“The evidence and testimony proved that Lieut. Sucek neglected his duty and violated the rules, in connection with the release of the prisoner, Charles Kirkland, held on a charge of being a suspicious person and operating an automobile without an operator’s or owner’s license on July 18, at Broad and Edgewater avenues, Ridgefield.

Realize Danger

“In considering the evidence in this case the police commission realize the serious consequences which may result from having this dangerous criminal at large.  Kirkland at the time of arrest had a stolen car in his possession.  He also had four stolen tires and rims, had burglarized three garages to accomplish the theft of the tires and rims, and was sought by the Paterson police for many burglaries committed in that city.

“Lieut. Sucek, before releasing the prisoner, made no attempt to ascertain these facts, nor did he consult with his superior officer on the subject.  These facts indicate that the inefficiency of his administration of police business, as a police lieutenant, is detrimental to the welfare of the borough of Ridgefield, and to the discipline of the police force.

“Lieut. Sucek is hereby reduced in rank from lieutenant to patrolman, to take effect immediately.  He is placed on probation with the police supervisor as patrolman for a period of six months from date.  At the expiration of this probationary period the police commission will call on the police supervisor for a report as to whether or not he believes that, by proper application to duty, Joseph Sucek is qualified to be a superior officer in the department, or shall remain a patrolman.

 

Charge Officer Freed Prisoner

Posted by Jenny Lanctot on July 27, 2015 with No Comments

Well, looks like they weren’t kidding about cleaning house.  The incident and the committee hearing actually occurred in July 1930, before Walter was promoted to Sergeant.

1931 07 - Charge Officer Freed Prisoner p1Charge Officer Freed Prisoner

Lieut. Sucek, Ridgefield, Tried Before Police Body

Lieutenant Joseph Sucek of the Ridgefield Police Department, yesterday went on trial for a violation of department regulations.  Charges were preferred against him by Supervisor of Police George F. Darrow.

Lieutenant Sucek was charged with having released a suspicious prisoner who had been apprehended by the nigh force of the borough police, without making any effort to ascertain the identity of the man.

The decision of the police commission will be announced later.

Prisoner Released

At the opening of the trial a communication to the police commission from Supervisor Darrow was read in which he charged Sucek with releasing a prisoner who gave his name as Charles Kirkland, 35, of 52 Essex avenue, Paterson.

Kirkland, a negro, was arrested early the morning of July 18 by Patrolman Arthur Kalbhenn.  According to Kalbhenn his attention was attracted to the negro, who was driving a Buick car, by the fact that there were several tires loaded into the back seat of the car.  As he followed the car, Kirkland, according to Kalbhenn, kept turning about to watch if he was being followed.  After following the car for some time Kalbhenn ordered the driver to stop.  The latter refused to do so.  The police threatened to shoot, and the car came to a halt.  Kalbhenn took Kirkland to police headquarters and turned him over to Patrolman August Kiel, who was an [sic] desk duty.  Kiel made the entry of the arrest on the police blotter.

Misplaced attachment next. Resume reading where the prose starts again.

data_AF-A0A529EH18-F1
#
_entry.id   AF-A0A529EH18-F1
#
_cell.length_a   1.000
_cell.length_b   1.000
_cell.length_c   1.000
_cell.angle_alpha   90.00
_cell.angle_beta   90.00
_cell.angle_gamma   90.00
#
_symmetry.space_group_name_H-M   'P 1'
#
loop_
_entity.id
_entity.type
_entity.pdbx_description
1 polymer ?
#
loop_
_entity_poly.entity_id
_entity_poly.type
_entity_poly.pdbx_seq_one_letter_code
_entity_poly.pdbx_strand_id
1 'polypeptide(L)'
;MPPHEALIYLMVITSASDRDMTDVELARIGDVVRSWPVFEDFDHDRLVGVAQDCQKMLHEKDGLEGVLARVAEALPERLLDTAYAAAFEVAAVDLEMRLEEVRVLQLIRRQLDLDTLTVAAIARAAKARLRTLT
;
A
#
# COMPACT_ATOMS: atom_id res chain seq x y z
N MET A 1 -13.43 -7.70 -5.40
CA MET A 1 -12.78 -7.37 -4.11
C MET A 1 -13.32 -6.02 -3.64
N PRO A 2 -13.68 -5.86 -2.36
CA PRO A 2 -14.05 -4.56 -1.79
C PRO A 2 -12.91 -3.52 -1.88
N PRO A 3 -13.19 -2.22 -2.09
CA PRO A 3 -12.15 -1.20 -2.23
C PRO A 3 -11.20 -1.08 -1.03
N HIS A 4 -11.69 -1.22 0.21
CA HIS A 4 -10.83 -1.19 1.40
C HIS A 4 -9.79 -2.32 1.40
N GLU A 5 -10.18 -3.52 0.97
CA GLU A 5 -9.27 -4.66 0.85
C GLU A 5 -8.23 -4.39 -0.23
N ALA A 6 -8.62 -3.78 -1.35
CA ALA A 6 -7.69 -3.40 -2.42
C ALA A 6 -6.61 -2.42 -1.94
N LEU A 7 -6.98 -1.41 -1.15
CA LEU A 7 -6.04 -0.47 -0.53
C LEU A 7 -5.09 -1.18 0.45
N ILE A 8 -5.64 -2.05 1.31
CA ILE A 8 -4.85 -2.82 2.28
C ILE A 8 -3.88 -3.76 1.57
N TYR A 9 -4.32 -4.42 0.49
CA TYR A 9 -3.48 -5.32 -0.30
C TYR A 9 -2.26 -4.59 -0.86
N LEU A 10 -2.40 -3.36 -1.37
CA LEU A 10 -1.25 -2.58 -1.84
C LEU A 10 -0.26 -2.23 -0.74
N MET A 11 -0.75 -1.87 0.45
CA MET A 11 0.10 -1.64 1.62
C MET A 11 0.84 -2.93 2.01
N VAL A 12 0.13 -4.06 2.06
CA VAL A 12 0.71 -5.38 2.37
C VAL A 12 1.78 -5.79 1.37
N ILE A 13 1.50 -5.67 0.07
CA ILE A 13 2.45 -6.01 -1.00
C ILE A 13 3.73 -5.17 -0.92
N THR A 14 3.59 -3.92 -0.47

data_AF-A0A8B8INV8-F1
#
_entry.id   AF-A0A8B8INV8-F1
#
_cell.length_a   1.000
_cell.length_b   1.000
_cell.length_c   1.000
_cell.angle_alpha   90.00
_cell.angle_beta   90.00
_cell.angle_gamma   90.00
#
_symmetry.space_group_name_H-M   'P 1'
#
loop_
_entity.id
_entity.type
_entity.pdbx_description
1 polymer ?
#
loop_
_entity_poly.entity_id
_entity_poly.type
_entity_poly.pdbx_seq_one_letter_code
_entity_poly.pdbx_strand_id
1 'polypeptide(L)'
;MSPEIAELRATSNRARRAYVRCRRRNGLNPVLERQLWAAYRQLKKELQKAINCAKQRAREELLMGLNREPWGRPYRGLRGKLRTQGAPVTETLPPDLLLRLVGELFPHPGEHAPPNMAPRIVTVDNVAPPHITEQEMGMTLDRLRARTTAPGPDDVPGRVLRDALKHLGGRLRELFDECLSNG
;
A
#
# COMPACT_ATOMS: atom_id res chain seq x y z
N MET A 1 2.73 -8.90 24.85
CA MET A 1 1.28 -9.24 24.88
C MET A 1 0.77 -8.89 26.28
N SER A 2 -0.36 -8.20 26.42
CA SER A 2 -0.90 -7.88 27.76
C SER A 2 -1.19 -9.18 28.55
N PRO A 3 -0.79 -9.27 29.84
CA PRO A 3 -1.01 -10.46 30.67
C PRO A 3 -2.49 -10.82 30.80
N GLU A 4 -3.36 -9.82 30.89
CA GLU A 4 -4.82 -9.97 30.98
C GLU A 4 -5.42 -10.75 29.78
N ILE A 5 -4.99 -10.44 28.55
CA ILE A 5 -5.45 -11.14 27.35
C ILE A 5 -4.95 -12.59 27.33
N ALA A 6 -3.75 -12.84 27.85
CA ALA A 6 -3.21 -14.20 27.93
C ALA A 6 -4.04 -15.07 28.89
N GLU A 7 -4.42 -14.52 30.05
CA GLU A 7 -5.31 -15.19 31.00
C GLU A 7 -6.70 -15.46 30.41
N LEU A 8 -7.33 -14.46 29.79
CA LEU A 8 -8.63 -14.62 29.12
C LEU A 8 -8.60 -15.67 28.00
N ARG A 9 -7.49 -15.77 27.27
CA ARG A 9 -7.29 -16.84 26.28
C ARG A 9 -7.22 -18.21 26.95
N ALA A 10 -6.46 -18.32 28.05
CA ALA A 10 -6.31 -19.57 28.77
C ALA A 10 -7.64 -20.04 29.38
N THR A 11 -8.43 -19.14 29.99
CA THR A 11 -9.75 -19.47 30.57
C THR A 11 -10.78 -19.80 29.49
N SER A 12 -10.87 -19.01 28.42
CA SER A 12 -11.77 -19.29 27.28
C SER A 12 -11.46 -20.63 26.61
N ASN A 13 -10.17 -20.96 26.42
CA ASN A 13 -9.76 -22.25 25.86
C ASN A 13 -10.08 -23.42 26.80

Shortly before 8 o’clock in the morning Kirkland asked Kiel if he might go to Paterson to get his registration and automobile license.  Kiel, who was going off duty at the time, referred him to Lieutenant Sucek.  Sucek, according to Darrow’s charge, released the prisoner on his own recognizance.

When Patrolman Walter W. Gallagher came on duty the next afternoon he was assigned to desk work.  As he looked over the blotter he noticed the entry recording the arrest of Kirland.  He inquired about it and Sucek is alleged to have replied that he released him so that he might go to Paterson for his license and registration card.

At the trial yesterday, Lieutenant Sucek told the police commissioners that it was a customary procedure in the police department to release automobile drivers arrested because they had not had their licenses or registrations.

1931 07 - Charge Officer Freed Prisoner p2

Shown Cars and Tires

“That’s all right,” interrupted Police Commissioner Clarence Kiel, “but you don’t mean to tell me that it is customary to release a suspicious character on his own recognizance, do you?”  Sucek replied that he did not know he was suspicious.

Sucek denied that he had any knowledge that the prisoner had tires in his automobile, although it was later testified that Sucek was shown the cars and the tires.

Commissioner Kiel was insistent that Sucek explain himself on the point that it was customary to release prisoners on their own recognizance.  “When and how long has this been the procedure?” inquired Kiel.  “During the time of Chief Bunce,” said Sucek.

Commissioner Kiel asked if it had been the procedure since the coming of Supervisor Darrow and Sucek replied that the practice was discontinued.  During the testimony it was brought out that Sucek was created a lieutenant during the administration of former Chief of Police Edwin Bunce.

The trial, which was held at the borough hall, was before Police Commissioners Henry Fomon, Clarence Kiel and former Mayor Alan B. Conor.  Mayor Clarence Davis sat in at the trial.

Before the commissioners terminated the trial, it was voted to send a communication to the council praising the action of Patrolman Kalbenn [sic] in apprehending Kirkland.